Video: One Easy Way to Fight a Bad Habit? Make It Inconvenient.

I’m doing a video series in which I discuss the various strategies that we can use for habit-formation.

Habits are the invisible architecture of everyday life, and a significant element of happiness. If we have habits that work for us, we’re much more likely to be happy, healthy, productive, and creative.

My forthcoming book, Better Than Before, describes the multiple strategies we can exploit to change our habits. To pre-order, click here. (Pre-orders give a real boost to a book, so if you’re inclined to buy the book, I’d really appreciate it if you pre-order it.)

One of the most familiar, and most effective, is the simple, straightforward, powerful Strategy of Convenience. And its counterpart, which I talk about today, the Strategy of Inconvenience.


We’re far more likely to do something if it’s convenient, and far less likely to do something if it’s inconvenient, to an astounding degree. For instance, in one cafeteria, when an ice-cream cooler’s lid was left open, thirty percent of diners bought ice cream, but when diners had to open the lid, only fourteen percent bought ice cream, even though the ice cream was visible in both situations. People take less food when using tongs, instead of spoons, as serving utensils.

We can use this tendency to help strengthen our habits.

Have you ever made an activity less convenient, and in that way, strengthened a habit meant to help you control it?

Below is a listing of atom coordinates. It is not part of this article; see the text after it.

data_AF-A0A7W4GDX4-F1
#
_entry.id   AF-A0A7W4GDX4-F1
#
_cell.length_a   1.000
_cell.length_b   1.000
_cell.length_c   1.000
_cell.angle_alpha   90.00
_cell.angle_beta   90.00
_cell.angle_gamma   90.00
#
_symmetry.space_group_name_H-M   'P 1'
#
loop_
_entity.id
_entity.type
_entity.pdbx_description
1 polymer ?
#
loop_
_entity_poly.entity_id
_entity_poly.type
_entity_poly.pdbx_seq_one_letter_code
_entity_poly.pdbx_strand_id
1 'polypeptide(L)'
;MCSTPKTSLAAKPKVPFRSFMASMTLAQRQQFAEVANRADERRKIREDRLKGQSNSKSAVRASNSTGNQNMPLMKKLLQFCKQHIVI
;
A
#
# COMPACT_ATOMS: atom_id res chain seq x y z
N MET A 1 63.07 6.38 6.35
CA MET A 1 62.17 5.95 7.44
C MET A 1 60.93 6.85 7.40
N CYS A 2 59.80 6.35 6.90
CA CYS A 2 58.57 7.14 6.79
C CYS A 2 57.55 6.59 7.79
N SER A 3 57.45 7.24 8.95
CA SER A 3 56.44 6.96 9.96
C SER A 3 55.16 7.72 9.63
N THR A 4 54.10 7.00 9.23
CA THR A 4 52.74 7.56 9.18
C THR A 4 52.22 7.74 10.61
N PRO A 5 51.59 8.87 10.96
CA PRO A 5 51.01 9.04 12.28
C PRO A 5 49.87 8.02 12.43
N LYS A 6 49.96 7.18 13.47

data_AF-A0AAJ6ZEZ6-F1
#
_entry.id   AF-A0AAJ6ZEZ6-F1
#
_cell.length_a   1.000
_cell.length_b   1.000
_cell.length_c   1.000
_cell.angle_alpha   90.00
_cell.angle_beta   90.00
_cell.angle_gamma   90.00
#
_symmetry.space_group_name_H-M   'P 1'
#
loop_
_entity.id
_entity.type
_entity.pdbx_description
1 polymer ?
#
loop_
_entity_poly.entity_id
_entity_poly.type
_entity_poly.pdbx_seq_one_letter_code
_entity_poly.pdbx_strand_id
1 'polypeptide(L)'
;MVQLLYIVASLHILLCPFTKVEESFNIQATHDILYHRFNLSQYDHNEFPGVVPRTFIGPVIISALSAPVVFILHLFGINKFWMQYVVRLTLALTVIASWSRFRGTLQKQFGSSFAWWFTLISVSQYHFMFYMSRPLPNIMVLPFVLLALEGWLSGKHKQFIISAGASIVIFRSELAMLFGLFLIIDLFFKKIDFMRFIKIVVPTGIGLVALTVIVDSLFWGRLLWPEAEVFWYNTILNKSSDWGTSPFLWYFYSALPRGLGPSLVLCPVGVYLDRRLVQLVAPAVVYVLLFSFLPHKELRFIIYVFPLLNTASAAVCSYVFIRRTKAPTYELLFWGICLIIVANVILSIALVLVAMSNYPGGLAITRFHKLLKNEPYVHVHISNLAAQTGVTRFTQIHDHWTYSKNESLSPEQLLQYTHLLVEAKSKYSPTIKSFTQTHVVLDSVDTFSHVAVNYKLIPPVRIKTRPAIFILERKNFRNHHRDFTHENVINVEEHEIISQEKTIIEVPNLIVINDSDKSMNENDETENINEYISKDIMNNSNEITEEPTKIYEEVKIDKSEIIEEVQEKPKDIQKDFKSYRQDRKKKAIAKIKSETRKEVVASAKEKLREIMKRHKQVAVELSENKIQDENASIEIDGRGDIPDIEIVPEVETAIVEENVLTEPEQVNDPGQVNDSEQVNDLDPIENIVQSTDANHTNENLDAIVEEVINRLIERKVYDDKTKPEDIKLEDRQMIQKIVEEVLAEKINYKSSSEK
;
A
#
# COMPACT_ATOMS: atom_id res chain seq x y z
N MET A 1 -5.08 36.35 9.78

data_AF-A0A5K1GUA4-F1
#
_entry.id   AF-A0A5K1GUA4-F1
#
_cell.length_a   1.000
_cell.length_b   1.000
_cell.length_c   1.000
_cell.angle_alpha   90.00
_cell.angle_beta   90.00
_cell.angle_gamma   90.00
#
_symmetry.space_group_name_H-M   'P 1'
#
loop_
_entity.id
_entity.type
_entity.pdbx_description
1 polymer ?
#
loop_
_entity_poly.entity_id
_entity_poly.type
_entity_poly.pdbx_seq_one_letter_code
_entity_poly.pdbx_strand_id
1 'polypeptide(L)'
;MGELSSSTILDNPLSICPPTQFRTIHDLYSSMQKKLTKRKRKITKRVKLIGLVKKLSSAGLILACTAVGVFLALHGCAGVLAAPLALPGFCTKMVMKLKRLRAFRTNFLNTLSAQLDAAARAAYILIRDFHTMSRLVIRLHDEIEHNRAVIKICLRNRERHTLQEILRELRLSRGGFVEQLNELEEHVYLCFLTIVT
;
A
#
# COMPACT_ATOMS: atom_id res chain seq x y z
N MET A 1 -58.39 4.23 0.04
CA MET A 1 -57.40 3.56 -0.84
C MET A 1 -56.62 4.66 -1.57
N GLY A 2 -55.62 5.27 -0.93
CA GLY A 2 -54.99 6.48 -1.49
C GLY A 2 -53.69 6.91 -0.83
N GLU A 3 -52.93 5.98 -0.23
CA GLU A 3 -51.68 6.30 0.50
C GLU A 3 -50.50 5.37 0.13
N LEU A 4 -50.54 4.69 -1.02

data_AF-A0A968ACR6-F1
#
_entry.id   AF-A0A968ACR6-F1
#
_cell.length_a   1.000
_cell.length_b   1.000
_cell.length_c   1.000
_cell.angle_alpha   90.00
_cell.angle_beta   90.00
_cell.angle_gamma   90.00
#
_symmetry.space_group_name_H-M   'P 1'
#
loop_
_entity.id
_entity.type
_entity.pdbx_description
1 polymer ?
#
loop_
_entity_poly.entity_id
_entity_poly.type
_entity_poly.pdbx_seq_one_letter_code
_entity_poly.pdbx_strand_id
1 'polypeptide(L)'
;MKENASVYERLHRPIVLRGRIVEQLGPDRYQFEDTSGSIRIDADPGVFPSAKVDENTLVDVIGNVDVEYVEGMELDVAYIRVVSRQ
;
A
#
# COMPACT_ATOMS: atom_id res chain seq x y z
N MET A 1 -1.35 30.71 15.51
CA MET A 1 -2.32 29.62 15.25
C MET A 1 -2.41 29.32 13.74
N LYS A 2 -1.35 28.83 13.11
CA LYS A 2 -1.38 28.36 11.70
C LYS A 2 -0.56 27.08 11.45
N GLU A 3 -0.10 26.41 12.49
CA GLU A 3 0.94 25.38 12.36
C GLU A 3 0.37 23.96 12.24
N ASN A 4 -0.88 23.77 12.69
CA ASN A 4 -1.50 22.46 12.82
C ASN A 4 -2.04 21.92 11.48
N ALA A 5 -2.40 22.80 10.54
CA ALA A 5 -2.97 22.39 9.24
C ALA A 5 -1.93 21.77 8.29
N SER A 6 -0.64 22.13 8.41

What Appeals to You? Ditch Day, Catch-Up Day, or Mandatory Vacation Day?

When we’re tackling our habits, word matter.

Research shows that people who use language that emphasizes that they’re acting by their own choice and exercising control (“I don’t,” “I choose to,” “I’m going to,” or “I don’t want to”) stick to their habits better than people who use language that undermines their self-efficacy (“I can’t,” “I’m not allowed to,” or “I’m supposed to”). There’s a real difference between “I don’t” and “I can’t.”

For instance, I don’t eat sugar; I can eat sugar, but I don’t. In fact, I love not eating sugar!

Also, in my own mind, I try to replace “I have to” with “I get to” whenever possible. “I get to go the library today.” “I get to go to a parent coffee tomorrow.”

The very words we choose to characterize our habits can make them seem more or less appealing. “Engagement time” sounds more interesting than “email time.” “Playing the piano” sounds more fun than “practicing the piano.” And what sounds more attractive, a “personal retreat day” or a “catch-up day” or a “ditch day” or a “mandatory vacation day”? (People of different Tendencies might choose different terms.)

Would a person rather “take a dance class” or “exercise”? Some people like the word “quit,” as in “I’ve quit caffeine”; some are put off by its overtones of addiction. A woman told me, “I try not to use the words ‘forever’ and ‘never,’ but I like the word ‘permanent.’ ”

Do you make choices about the vocabulary you use, to help you master your habits?

To read more about this, check out Better Than Before, my book about when and why we change our habits. You can pre-order here — and if you’re inclined to buy the book, it really helps me if you pre-order. Don’t worry, you won’t be charged until it ships.